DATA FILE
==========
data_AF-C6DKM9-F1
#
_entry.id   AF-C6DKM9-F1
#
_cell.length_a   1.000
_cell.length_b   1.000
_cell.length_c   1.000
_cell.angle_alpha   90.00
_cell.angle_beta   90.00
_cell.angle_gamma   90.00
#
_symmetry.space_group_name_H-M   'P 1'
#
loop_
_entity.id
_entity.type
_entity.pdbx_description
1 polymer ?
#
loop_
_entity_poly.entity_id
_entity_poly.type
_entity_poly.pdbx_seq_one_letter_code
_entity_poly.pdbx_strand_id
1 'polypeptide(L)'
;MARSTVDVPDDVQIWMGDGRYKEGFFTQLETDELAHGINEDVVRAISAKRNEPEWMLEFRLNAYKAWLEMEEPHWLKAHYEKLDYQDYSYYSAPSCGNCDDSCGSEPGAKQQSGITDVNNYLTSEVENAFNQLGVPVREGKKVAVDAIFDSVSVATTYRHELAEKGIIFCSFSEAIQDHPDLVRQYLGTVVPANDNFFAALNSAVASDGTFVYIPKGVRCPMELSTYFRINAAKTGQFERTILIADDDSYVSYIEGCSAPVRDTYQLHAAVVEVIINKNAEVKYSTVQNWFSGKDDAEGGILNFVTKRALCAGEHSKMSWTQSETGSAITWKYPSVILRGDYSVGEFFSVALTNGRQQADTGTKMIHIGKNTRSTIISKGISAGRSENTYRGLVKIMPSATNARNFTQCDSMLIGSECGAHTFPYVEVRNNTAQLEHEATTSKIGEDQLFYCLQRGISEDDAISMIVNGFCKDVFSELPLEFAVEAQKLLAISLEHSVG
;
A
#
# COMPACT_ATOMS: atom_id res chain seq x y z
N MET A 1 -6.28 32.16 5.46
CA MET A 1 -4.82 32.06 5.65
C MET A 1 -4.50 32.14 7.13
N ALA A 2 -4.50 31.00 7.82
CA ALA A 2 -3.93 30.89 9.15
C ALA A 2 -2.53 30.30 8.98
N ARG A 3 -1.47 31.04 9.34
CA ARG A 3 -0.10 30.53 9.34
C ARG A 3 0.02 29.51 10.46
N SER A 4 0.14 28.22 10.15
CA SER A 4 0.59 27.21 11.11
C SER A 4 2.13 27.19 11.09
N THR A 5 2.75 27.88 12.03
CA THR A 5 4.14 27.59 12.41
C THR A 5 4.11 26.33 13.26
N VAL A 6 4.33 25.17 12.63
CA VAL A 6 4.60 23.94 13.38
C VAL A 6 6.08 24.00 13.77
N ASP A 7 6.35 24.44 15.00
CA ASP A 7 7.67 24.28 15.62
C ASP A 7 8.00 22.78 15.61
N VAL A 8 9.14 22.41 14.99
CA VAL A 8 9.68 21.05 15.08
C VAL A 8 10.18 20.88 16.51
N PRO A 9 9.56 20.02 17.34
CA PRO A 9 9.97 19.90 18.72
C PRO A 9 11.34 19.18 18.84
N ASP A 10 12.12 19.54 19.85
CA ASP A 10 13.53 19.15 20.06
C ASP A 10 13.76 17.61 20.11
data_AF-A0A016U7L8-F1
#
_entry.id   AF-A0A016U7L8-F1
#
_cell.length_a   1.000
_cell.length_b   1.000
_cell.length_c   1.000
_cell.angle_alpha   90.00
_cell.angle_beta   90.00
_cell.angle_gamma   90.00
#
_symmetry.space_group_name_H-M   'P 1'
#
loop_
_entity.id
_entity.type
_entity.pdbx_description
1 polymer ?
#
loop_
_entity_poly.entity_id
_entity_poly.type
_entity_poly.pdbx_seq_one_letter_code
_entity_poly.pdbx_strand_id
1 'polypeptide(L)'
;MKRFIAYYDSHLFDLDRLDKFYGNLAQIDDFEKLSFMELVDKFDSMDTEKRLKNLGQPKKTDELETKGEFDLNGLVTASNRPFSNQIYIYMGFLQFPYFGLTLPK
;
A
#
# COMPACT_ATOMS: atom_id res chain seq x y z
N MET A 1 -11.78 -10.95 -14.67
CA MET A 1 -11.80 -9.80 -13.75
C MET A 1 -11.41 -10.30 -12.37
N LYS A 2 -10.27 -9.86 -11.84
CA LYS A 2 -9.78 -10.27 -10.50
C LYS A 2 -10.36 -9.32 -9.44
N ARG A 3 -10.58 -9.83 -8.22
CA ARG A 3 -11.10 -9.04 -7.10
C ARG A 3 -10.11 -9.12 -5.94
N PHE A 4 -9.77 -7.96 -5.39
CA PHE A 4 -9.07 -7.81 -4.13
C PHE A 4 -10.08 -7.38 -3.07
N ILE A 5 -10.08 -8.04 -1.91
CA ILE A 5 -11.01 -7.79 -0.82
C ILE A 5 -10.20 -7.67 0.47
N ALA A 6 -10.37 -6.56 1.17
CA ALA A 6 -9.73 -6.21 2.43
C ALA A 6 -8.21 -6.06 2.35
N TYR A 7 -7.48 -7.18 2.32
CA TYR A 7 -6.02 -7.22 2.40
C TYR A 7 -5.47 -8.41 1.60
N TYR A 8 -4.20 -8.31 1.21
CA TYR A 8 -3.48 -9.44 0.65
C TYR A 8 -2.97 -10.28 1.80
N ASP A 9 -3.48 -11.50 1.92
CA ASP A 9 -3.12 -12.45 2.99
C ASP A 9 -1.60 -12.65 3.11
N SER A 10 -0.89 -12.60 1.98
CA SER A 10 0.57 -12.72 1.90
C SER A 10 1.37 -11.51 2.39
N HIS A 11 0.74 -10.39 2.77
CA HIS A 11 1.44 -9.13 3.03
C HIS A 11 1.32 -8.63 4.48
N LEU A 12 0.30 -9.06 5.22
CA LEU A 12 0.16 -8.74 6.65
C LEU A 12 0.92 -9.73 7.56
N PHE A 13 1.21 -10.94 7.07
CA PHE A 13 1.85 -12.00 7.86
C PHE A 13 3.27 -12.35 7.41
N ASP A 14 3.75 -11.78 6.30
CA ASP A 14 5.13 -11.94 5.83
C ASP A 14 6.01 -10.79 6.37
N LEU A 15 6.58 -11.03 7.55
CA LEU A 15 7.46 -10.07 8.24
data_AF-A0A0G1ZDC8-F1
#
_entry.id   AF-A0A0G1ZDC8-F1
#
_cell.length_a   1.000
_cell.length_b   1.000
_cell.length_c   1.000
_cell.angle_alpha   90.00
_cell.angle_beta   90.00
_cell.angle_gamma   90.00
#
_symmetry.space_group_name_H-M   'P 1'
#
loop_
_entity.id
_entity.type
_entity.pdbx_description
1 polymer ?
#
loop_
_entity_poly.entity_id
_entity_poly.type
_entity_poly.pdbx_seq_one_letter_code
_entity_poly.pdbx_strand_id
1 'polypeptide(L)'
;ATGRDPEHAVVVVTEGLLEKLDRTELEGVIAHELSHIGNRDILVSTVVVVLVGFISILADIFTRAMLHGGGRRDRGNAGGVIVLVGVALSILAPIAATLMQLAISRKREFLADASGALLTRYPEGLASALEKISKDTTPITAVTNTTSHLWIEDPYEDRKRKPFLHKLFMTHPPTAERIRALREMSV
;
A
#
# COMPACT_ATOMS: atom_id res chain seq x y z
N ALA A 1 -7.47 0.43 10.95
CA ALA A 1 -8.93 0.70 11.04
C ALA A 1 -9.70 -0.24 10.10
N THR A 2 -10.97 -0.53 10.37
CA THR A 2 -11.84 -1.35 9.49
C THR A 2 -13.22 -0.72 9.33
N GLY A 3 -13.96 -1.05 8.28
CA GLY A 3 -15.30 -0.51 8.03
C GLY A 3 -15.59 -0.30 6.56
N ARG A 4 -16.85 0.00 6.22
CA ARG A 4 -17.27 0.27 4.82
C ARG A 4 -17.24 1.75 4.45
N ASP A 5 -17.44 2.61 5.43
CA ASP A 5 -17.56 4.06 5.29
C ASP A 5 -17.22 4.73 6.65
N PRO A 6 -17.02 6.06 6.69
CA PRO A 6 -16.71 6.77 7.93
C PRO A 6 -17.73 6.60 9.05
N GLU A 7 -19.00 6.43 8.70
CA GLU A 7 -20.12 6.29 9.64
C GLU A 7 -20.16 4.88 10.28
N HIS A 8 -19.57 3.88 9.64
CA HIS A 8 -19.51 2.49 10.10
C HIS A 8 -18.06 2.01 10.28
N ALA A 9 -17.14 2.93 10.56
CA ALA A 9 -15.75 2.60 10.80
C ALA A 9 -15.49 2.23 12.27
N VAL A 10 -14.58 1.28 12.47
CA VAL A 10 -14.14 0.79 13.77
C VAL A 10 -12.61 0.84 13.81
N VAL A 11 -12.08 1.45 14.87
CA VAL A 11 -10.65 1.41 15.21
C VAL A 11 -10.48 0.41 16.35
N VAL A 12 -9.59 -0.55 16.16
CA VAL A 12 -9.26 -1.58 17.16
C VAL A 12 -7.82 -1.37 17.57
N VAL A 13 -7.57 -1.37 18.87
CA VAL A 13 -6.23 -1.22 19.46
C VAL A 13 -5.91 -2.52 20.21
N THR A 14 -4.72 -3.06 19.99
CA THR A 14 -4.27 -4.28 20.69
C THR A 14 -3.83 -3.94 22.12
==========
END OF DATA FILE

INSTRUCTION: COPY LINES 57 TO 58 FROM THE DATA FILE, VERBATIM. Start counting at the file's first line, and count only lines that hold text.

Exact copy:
C PRO A 9 11.34 19.18 18.84
N ASP A 10 12.12 19.54 19.85